Firstenberg begins her essay with the idea that the photograph served as an unmediated and objective recording process and Barthes’ myth of photographic verity.  This idea is in line with Jennifer Gonzalez’s opening statement in the essay Morphologies, in which she writes that photography has always been allied with the “truth effect.”

Through the image of Glenn Ligon’s Self-Portrait Exaggerating my black Features/Self-Portrait Exaggerating my White Features (1998) juxtaposed with a photograph of a South Australian Man according to Thomas Huxley’s instructions (1870), we discussed the archive and critical responses to the archival form by contemporary artists. This led to commentaries on photography’s role in the production of racialized subjects (or “others”) and as defining whiteness as non-raced/the standard.

We looked at examples of passing for a certain race embedded in contemporary depictions of blackface, as seen on the television series Mad Men which is set during the Civil Rights Movement, as well as in the film Imitation of Life (1959). These ideas also resonated with Sally Stein’s essay on Dorothea Lange’s Migrant Mother.

In Caroline Vercoe’s essay on Postcards from the South Pacific, she brings up Baudelaire’s claim that photography is more an agent of forgetting than remembering. This notion can be connected not only to GI’s image souvenirs from the South Pacific, but also Toyo Miyatake’s photographs of Manzanar for the yearbook, Our World (1943-1944) in which the reality of an unjust incarceration is both masked and revealed through the work of the photographer.

For a wonderful clip from Imitation of Life (notice the role of the mirror in this scene) click link: http://www.youtube.com/watch?v=jjXoof4oLYI

 

Pinboard #4: Richard Prince

Richard Prince’s Unitled (Cowboy)  is an iconic photograph that refers to an iconic advertisement that refers to an iconic American role. The image is a palimpsest of meaning, and seems to acquire additional layers of resonance with every passing year.

Richard Prince, Untitled (Cowboy), chromagenic print, 1989

 

 

 

Prince (b. 1949) is an American painter and photographer. He is usually referred to as an “appropriation artist,” because his most famous works are rephotographed photographs, some of which are physically or digitally altered. Most of his early material, such as the Marlboro advertisement used in Unitled (Cowboy) came from magazines, newspapers, printed advertisements, billboards, and television. Prince is attracted to suspicious narratives in widely circulate images; of his work, he has said, “I seem to go after images that I don’t quite believe. And, I try to re-present them even more unbelievably.” [1]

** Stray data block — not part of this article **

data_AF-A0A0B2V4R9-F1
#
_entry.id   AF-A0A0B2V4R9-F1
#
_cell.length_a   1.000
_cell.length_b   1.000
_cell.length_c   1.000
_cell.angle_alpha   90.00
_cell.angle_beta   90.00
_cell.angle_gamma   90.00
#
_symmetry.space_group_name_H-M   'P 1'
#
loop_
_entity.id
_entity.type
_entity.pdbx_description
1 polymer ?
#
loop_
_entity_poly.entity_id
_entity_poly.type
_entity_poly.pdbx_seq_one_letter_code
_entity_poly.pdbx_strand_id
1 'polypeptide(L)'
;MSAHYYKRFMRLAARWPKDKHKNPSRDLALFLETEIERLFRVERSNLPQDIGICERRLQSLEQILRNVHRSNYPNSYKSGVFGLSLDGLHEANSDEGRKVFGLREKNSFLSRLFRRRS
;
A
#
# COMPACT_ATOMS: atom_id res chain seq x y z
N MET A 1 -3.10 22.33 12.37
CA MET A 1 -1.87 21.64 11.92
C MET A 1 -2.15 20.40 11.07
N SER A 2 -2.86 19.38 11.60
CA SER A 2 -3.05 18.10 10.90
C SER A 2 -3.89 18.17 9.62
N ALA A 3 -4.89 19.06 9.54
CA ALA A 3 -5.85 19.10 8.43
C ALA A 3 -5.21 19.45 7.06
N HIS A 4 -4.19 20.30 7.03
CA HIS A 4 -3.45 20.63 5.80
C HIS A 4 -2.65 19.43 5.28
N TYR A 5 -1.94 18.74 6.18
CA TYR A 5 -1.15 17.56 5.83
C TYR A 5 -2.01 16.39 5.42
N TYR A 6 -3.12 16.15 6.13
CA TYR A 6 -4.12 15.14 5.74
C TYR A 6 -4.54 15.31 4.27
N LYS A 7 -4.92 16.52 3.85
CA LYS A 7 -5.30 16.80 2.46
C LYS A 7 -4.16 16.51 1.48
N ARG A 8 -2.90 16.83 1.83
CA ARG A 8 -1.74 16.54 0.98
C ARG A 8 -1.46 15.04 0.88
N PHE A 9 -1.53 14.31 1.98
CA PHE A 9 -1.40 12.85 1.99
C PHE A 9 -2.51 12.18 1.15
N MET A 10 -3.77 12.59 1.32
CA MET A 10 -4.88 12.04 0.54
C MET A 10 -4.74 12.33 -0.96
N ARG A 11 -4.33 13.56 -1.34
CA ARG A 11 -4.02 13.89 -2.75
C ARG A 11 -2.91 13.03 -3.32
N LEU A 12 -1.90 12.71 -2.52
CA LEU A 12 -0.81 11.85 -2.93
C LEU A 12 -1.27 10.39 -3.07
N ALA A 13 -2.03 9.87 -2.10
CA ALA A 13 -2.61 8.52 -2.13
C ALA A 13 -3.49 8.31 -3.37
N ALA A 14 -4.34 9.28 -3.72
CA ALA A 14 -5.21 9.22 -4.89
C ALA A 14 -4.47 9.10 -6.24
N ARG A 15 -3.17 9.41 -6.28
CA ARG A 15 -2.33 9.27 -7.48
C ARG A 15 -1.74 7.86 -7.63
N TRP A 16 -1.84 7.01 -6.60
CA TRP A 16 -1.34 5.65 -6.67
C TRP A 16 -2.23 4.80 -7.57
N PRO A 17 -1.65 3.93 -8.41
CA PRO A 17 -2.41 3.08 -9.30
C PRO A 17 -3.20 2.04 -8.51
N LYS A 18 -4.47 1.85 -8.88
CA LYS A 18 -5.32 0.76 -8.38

Untitled (Cowboy) is taken from the Cowboys series, arguably Prince’s most famous works. In the far right of the frame, a cowboy seated astride a galloping horse seems to race off the very edge of the image. The rest of the image is filled with blue sky and fluffy white clouds. Each image in the Cowboys series was taken from a Marlboro cigarette ad, a campaign known for its celebration of traditional American masculinity. Marlboro’s ads seemed to depict authentic scenes of masculine action replete with wide open spaces, blue skies, tumbleweeds, lassos, and ten-gallon hats.

Prince’s rephotographs call the authenticity of these scenes into question; because Prince’s image isn’t “real,” the viewer is asked to reconsider what makes any photograph “real.” In this case, was the Marlboro ad, which appeared to document a cowboy at work, really emblematic of a type? Or staged with models? And if this “authentic” American experience could be staged, was it truly “authentic” at all?

[1] Marvin Heiferman, “Richard Prince”, “BOMB Magazine”, Summer 1988.

This image is from the book I mentioned a few weeks ago : COLORS OF CONFINEMENT: RARE KODACHROME PHOTOGRAPHS OF JAPANESE AMERICAN INCARCERATION IN WORLD WAR II

In addition to being relevant to this week’s readings I thought people might be interested in knowing that the images are currently on display at
Duke’s Center for Documentary Studies.  To learn more check out :

http://www.huffingtonpost.com/2012/08/21/japanese-internment-camps-photos_n_1811070.html#slide=1394144

http://calendar.duke.edu/events/show?fq=id%3ACAL-8a08708a-37a831e2-0138-de8efdfb-0000432cdemobedework%40mysite.edu